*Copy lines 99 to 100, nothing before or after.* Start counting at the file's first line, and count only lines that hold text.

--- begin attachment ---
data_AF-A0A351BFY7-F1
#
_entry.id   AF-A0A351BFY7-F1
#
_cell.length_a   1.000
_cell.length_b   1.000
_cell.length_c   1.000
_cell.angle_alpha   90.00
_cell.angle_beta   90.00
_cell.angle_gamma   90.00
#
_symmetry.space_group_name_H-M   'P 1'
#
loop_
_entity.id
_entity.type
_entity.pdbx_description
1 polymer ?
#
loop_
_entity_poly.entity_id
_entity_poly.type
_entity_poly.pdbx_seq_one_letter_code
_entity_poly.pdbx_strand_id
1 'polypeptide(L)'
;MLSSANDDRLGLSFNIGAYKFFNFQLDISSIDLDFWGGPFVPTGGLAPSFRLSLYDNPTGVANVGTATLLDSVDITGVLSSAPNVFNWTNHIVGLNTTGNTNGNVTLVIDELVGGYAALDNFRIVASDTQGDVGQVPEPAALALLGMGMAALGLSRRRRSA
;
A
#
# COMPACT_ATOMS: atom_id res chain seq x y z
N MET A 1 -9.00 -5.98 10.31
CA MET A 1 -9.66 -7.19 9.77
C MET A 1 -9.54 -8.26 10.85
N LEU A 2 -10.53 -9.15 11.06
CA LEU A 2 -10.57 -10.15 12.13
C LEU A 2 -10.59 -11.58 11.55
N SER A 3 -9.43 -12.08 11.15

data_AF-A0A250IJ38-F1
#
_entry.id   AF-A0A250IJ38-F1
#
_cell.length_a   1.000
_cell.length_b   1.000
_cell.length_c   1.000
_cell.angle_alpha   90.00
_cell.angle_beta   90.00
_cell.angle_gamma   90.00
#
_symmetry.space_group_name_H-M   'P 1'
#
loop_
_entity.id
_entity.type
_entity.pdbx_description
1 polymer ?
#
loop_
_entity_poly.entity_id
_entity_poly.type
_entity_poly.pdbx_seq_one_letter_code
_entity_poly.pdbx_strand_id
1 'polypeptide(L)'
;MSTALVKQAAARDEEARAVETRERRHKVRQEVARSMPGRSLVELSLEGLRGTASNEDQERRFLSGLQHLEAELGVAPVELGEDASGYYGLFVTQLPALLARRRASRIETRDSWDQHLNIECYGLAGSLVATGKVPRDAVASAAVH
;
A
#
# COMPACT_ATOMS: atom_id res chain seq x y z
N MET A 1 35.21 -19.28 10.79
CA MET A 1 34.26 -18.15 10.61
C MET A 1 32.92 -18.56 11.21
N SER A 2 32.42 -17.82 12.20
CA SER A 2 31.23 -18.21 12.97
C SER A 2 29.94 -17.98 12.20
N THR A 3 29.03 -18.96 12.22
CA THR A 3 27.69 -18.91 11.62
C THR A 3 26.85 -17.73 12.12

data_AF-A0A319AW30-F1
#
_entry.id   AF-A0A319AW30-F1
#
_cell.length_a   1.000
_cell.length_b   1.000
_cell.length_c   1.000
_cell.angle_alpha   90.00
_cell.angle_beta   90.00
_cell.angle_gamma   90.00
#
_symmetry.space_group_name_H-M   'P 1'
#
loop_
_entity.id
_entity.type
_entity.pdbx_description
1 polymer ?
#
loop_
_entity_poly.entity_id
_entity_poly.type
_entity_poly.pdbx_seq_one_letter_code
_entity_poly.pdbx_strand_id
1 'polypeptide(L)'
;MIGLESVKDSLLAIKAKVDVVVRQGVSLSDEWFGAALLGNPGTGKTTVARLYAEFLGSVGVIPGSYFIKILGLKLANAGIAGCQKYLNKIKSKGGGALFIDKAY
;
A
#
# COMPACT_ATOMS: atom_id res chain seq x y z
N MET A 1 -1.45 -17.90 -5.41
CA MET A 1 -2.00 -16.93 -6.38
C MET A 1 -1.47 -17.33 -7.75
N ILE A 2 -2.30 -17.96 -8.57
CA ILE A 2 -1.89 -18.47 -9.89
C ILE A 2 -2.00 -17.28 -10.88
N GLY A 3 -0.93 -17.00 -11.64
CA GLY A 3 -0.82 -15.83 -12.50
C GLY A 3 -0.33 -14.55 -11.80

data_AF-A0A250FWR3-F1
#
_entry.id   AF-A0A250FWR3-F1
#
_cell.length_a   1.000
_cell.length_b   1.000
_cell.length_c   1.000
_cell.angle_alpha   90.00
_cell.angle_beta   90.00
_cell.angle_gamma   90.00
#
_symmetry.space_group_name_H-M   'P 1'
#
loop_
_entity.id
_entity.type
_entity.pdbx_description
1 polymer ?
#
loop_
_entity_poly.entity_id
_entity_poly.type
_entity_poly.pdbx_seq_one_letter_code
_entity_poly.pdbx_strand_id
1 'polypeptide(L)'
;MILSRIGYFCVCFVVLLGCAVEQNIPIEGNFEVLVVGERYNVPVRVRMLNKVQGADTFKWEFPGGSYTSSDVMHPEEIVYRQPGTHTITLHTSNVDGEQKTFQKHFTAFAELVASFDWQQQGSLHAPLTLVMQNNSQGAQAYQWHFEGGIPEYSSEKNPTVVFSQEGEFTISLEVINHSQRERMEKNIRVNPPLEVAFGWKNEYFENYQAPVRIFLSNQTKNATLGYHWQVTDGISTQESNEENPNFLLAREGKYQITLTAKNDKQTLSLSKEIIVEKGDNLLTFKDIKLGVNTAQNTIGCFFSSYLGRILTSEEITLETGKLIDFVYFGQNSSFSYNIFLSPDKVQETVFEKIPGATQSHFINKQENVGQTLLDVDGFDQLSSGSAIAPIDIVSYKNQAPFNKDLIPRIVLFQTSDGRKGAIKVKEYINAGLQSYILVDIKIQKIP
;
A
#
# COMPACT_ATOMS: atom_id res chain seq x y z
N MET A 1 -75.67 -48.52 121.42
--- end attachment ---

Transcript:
_entity_poly.pdbx_seq_one_letter_code
_entity_poly.pdbx_strand_id